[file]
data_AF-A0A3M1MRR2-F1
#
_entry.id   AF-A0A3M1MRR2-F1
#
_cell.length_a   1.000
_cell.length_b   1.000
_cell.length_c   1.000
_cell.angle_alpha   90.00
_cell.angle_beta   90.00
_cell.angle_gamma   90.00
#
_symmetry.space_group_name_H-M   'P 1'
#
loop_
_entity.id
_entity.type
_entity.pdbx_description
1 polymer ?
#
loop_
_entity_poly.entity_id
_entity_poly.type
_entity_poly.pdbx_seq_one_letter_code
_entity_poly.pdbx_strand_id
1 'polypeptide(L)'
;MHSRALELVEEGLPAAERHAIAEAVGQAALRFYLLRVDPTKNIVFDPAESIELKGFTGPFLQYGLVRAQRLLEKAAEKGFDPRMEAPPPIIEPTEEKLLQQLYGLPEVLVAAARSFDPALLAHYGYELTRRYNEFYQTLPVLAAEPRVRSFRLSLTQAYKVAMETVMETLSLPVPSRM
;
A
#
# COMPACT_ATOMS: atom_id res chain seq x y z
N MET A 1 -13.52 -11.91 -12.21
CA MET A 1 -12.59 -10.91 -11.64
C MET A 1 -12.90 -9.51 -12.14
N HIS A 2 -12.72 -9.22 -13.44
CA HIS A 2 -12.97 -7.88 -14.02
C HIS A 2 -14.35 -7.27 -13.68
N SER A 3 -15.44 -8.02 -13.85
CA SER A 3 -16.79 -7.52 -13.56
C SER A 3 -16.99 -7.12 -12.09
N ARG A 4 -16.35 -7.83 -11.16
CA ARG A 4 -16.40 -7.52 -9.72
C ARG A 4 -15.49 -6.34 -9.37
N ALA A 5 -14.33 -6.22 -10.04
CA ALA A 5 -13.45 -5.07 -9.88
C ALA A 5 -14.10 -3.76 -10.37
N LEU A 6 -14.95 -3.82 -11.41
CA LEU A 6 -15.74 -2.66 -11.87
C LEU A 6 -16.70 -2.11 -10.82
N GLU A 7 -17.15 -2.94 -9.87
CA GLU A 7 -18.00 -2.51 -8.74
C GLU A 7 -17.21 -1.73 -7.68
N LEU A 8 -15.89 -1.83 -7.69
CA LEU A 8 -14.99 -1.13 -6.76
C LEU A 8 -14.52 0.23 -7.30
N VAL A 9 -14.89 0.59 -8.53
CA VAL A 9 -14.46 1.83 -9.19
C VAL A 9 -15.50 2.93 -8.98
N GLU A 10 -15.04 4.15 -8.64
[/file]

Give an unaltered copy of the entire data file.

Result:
data_AF-A0A3M1MRR2-F1
#
_entry.id   AF-A0A3M1MRR2-F1
#
_cell.length_a   1.000
_cell.length_b   1.000
_cell.length_c   1.000
_cell.angle_alpha   90.00
_cell.angle_beta   90.00
_cell.angle_gamma   90.00
#
_symmetry.space_group_name_H-M   'P 1'
#
loop_
_entity.id
_entity.type
_entity.pdbx_description
1 polymer ?
#
loop_
_entity_poly.entity_id
_entity_poly.type
_entity_poly.pdbx_seq_one_letter_code
_entity_poly.pdbx_strand_id
1 'polypeptide(L)'
;MHSRALELVEEGLPAAERHAIAEAVGQAALRFYLLRVDPTKNIVFDPAESIELKGFTGPFLQYGLVRAQRLLEKAAEKGFDPRMEAPPPIIEPTEEKLLQQLYGLPEVLVAAARSFDPALLAHYGYELTRRYNEFYQTLPVLAAEPRVRSFRLSLTQAYKVAMETVMETLSLPVPSRM
;
A
#
# COMPACT_ATOMS: atom_id res chain seq x y z
N MET A 1 -13.52 -11.91 -12.21
CA MET A 1 -12.59 -10.91 -11.64
C MET A 1 -12.90 -9.51 -12.14
N HIS A 2 -12.72 -9.22 -13.44
CA HIS A 2 -12.97 -7.88 -14.02
C HIS A 2 -14.35 -7.27 -13.68
N SER A 3 -15.44 -8.02 -13.85
CA SER A 3 -16.79 -7.52 -13.56
C SER A 3 -16.99 -7.12 -12.09
N ARG A 4 -16.35 -7.83 -11.16
CA ARG A 4 -16.40 -7.52 -9.72
C ARG A 4 -15.49 -6.34 -9.37
N ALA A 5 -14.33 -6.22 -10.04
CA ALA A 5 -13.45 -5.07 -9.88
C ALA A 5 -14.10 -3.76 -10.37
N LEU A 6 -14.95 -3.82 -11.41
CA LEU A 6 -15.74 -2.66 -11.87
C LEU A 6 -16.70 -2.11 -10.82
N GLU A 7 -17.15 -2.94 -9.87
CA GLU A 7 -18.00 -2.51 -8.74
C GLU A 7 -17.21 -1.73 -7.68
N LEU A 8 -15.89 -1.83 -7.69
CA LEU A 8 -14.99 -1.13 -6.76
C LEU A 8 -14.52 0.23 -7.30
N VAL A 9 -14.89 0.59 -8.53
CA VAL A 9 -14.46 1.83 -9.19
C VAL A 9 -15.50 2.93 -8.98
N GLU A 10 -15.04 4.15 -8.64